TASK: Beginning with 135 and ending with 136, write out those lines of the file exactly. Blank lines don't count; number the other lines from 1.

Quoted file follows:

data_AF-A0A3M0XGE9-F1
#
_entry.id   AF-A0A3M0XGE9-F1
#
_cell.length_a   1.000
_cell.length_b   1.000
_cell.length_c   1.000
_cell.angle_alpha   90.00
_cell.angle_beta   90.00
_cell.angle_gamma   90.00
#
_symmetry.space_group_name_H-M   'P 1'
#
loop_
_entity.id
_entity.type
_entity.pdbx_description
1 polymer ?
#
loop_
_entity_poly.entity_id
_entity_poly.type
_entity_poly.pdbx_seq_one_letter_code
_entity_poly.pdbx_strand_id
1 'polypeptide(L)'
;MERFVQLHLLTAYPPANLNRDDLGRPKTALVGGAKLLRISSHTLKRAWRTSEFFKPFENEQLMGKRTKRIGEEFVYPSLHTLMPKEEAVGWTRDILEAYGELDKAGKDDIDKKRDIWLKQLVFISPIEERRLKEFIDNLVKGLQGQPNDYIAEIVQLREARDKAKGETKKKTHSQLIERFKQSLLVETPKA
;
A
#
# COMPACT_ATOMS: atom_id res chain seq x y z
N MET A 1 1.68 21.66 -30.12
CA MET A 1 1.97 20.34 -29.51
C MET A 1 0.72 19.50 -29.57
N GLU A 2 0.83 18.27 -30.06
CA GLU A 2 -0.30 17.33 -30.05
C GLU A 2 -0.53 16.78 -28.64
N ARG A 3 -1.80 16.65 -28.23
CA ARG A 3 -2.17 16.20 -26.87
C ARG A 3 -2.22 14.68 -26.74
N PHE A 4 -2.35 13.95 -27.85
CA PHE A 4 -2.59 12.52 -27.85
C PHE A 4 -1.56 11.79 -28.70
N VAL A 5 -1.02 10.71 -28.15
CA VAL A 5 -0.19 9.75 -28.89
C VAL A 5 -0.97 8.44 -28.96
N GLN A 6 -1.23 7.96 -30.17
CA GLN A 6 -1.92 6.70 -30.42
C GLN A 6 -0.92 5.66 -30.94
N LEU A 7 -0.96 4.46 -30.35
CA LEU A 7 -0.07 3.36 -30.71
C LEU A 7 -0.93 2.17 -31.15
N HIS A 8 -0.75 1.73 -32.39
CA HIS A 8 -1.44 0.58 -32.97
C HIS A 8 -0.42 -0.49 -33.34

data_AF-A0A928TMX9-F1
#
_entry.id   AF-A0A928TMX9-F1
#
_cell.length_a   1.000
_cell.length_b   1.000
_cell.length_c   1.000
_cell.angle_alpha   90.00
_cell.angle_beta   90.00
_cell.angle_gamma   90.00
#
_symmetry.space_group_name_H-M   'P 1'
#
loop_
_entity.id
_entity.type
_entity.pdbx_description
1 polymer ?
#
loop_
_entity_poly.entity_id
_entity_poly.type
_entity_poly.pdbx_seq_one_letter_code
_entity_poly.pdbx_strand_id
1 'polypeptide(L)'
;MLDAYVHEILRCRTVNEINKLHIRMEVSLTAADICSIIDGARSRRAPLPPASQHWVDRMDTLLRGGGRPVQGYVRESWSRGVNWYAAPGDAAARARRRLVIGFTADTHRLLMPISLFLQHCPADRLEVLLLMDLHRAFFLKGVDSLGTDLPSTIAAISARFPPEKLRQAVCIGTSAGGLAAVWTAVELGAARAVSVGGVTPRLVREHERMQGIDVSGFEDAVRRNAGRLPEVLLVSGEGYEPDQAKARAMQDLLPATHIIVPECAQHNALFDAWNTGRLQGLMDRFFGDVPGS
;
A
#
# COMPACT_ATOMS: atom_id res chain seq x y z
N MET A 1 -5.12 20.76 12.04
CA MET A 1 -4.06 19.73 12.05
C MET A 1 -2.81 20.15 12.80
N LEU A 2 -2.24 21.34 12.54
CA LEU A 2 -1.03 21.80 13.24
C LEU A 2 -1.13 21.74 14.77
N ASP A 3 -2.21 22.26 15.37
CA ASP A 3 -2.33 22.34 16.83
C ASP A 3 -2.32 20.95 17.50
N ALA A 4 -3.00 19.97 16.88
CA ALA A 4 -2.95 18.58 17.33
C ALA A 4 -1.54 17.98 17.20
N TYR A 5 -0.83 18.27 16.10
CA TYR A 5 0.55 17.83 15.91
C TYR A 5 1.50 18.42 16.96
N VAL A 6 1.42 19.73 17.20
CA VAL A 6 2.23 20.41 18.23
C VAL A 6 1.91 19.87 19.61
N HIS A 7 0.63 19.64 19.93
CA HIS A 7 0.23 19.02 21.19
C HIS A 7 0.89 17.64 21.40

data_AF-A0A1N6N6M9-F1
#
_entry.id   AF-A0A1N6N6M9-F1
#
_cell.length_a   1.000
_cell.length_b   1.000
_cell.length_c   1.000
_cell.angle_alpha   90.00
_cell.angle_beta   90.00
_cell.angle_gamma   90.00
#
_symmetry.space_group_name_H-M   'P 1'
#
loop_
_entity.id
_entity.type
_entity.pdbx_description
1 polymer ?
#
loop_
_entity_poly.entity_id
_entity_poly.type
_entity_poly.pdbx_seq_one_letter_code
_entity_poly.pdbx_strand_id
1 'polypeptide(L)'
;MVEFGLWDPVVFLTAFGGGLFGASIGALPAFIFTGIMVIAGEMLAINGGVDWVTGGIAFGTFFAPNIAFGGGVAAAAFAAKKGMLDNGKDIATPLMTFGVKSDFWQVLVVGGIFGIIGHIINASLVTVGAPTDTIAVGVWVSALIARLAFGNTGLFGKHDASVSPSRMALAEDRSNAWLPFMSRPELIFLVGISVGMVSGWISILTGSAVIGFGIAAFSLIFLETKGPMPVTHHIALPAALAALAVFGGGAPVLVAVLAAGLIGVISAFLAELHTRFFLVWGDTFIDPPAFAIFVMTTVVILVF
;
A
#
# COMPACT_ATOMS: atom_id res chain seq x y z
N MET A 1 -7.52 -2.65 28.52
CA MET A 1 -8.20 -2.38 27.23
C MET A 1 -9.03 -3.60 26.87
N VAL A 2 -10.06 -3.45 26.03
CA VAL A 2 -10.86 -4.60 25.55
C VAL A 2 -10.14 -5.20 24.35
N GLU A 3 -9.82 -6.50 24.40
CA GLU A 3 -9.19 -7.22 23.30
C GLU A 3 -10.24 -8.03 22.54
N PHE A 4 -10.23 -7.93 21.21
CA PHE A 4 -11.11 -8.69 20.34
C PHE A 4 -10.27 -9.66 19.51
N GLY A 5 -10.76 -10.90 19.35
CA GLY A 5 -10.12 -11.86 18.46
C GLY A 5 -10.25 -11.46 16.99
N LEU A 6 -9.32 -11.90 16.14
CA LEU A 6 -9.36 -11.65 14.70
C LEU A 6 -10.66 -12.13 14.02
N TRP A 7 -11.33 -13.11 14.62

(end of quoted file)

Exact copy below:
# COMPACT_ATOMS: atom_id res chain seq x y z
N MET A 1 -7.52 -2.65 28.52